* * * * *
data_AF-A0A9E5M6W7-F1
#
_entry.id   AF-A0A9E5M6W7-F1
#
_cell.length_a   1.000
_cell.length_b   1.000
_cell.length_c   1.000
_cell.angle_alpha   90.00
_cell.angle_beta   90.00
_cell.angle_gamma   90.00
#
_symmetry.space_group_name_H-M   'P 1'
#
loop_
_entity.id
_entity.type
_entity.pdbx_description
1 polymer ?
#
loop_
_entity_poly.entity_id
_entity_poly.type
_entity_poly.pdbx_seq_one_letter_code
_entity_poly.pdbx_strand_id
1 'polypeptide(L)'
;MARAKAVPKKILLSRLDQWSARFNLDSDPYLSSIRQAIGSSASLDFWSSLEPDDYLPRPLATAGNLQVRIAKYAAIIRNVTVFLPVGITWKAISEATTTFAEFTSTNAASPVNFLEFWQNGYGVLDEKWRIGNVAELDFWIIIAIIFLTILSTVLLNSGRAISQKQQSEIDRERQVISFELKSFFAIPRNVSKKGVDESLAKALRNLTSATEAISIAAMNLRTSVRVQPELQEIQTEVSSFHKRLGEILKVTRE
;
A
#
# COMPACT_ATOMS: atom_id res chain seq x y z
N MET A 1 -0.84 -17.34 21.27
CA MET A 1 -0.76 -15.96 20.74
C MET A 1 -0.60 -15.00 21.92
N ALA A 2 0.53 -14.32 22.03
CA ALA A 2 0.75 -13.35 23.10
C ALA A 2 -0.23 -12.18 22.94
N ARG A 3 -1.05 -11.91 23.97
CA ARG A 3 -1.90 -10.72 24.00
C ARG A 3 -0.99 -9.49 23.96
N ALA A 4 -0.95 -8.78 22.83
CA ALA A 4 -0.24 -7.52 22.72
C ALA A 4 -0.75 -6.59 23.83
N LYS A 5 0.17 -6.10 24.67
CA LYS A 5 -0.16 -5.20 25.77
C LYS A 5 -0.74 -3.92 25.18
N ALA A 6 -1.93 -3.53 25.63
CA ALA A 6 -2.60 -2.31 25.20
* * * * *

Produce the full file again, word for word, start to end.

data_AF-A0A9E5M6W7-F1
#
_entry.id   AF-A0A9E5M6W7-F1
#
_cell.length_a   1.000
_cell.length_b   1.000
_cell.length_c   1.000
_cell.angle_alpha   90.00
_cell.angle_beta   90.00
_cell.angle_gamma   90.00
#
_symmetry.space_group_name_H-M   'P 1'
#
loop_
_entity.id
_entity.type
_entity.pdbx_description
1 polymer ?
#
loop_
_entity_poly.entity_id
_entity_poly.type
_entity_poly.pdbx_seq_one_letter_code
_entity_poly.pdbx_strand_id
1 'polypeptide(L)'
;MARAKAVPKKILLSRLDQWSARFNLDSDPYLSSIRQAIGSSASLDFWSSLEPDDYLPRPLATAGNLQVRIAKYAAIIRNVTVFLPVGITWKAISEATTTFAEFTSTNAASPVNFLEFWQNGYGVLDEKWRIGNVAELDFWIIIAIIFLTILSTVLLNSGRAISQKQQSEIDRERQVISFELKSFFAIPRNVSKKGVDESLAKALRNLTSATEAISIAAMNLRTSVRVQPELQEIQTEVSSFHKRLGEILKVTRE
;
A
#
# COMPACT_ATOMS: atom_id res chain seq x y z
N MET A 1 -0.84 -17.34 21.27
CA MET A 1 -0.76 -15.96 20.74
C MET A 1 -0.60 -15.00 21.92
N ALA A 2 0.53 -14.32 22.03
CA ALA A 2 0.75 -13.35 23.10
C ALA A 2 -0.23 -12.18 22.94
N ARG A 3 -1.05 -11.91 23.97
CA ARG A 3 -1.90 -10.72 24.00
C ARG A 3 -0.99 -9.49 23.96
N ALA A 4 -0.95 -8.78 22.83
CA ALA A 4 -0.24 -7.52 22.72
C ALA A 4 -0.75 -6.59 23.83
N LYS A 5 0.17 -6.10 24.67
CA LYS A 5 -0.16 -5.20 25.77
C LYS A 5 -0.74 -3.92 25.18
N ALA A 6 -1.93 -3.53 25.63
CA ALA A 6 -2.60 -2.31 25.20